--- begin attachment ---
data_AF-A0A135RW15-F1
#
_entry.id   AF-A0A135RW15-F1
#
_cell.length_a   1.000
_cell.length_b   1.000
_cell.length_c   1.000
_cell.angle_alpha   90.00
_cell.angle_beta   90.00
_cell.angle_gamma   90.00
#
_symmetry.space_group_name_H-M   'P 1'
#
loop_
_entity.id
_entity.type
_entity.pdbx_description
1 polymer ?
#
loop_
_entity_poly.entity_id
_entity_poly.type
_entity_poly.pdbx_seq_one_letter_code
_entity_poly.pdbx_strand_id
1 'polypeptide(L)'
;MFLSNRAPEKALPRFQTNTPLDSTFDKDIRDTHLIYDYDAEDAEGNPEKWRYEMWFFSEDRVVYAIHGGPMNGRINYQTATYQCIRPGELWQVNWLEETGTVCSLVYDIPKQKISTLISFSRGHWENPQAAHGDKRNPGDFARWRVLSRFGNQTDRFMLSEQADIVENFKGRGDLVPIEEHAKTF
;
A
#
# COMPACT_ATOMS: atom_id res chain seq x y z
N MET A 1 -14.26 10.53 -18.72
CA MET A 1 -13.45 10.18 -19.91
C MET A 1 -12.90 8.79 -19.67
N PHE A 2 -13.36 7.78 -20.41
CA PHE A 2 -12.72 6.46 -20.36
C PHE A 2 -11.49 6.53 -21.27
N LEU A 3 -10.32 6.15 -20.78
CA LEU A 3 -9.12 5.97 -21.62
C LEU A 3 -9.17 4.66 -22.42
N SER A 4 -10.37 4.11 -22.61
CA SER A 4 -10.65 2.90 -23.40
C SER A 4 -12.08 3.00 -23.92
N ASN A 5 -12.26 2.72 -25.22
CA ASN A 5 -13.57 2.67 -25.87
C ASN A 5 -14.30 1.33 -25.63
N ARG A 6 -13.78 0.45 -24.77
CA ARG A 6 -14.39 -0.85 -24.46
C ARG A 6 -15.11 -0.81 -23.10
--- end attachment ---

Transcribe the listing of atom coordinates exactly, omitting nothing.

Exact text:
data_AF-A0A135RW15-F1
#
_entry.id   AF-A0A135RW15-F1
#
_cell.length_a   1.000
_cell.length_b   1.000
_cell.length_c   1.000
_cell.angle_alpha   90.00
_cell.angle_beta   90.00
_cell.angle_gamma   90.00
#
_symmetry.space_group_name_H-M   'P 1'
#
loop_
_entity.id
_entity.type
_entity.pdbx_description
1 polymer ?
#
loop_
_entity_poly.entity_id
_entity_poly.type
_entity_poly.pdbx_seq_one_letter_code
_entity_poly.pdbx_strand_id
1 'polypeptide(L)'
;MFLSNRAPEKALPRFQTNTPLDSTFDKDIRDTHLIYDYDAEDAEGNPEKWRYEMWFFSEDRVVYAIHGGPMNGRINYQTATYQCIRPGELWQVNWLEETGTVCSLVYDIPKQKISTLISFSRGHWENPQAAHGDKRNPGDFARWRVLSRFGNQTDRFMLSEQADIVENFKGRGDLVPIEEHAKTF
;
A
#
# COMPACT_ATOMS: atom_id res chain seq x y z
N MET A 1 -14.26 10.53 -18.72
CA MET A 1 -13.45 10.18 -19.91
C MET A 1 -12.90 8.79 -19.67
N PHE A 2 -13.36 7.78 -20.41
CA PHE A 2 -12.72 6.46 -20.36
C PHE A 2 -11.49 6.53 -21.27
N LEU A 3 -10.32 6.15 -20.78
CA LEU A 3 -9.12 5.97 -21.62
C LEU A 3 -9.17 4.66 -22.42
N SER A 4 -10.37 4.11 -22.61
CA SER A 4 -10.65 2.90 -23.40
C SER A 4 -12.08 3.00 -23.92
N ASN A 5 -12.26 2.72 -25.22
CA ASN A 5 -13.57 2.67 -25.87
C ASN A 5 -14.30 1.33 -25.63
N ARG A 6 -13.78 0.45 -24.77
CA ARG A 6 -14.39 -0.85 -24.46
C ARG A 6 -15.11 -0.81 -23.10